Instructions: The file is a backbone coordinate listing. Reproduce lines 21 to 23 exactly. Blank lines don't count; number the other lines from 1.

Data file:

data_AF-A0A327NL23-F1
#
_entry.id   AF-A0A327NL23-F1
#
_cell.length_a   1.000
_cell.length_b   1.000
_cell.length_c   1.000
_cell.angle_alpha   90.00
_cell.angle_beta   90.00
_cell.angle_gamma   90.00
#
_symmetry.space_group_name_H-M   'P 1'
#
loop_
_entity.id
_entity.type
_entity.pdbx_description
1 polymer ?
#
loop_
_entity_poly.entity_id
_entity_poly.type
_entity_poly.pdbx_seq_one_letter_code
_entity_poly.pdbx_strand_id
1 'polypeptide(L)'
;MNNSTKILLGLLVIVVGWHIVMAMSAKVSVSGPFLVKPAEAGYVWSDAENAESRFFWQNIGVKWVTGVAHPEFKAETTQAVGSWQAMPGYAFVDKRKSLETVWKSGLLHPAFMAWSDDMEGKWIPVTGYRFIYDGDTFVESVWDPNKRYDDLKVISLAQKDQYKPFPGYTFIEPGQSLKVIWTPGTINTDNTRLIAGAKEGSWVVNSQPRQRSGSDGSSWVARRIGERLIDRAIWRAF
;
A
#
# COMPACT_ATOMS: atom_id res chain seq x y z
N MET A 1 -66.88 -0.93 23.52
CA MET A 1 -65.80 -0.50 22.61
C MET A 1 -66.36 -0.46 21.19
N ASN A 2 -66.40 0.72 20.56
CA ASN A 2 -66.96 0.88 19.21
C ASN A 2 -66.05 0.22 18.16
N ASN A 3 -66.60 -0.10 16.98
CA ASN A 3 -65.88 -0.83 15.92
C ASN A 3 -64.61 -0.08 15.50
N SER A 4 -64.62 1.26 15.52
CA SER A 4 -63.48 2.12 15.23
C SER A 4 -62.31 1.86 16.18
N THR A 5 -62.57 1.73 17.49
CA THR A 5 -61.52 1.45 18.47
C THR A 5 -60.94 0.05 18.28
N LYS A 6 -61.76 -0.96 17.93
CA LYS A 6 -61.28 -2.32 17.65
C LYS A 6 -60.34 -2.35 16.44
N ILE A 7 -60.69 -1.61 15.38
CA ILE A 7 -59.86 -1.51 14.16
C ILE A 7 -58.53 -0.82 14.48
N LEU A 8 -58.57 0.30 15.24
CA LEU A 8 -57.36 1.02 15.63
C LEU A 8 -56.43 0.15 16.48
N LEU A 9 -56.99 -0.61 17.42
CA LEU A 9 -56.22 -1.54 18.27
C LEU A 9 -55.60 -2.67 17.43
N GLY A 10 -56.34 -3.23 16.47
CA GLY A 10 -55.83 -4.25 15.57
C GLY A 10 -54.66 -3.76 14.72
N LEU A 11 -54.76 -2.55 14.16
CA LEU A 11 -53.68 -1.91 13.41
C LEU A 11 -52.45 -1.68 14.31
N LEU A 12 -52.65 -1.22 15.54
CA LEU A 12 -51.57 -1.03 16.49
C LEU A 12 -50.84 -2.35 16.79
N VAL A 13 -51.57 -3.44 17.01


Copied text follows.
_entity_poly.entity_id
_entity_poly.type
_entity_poly.pdbx_seq_one_letter_code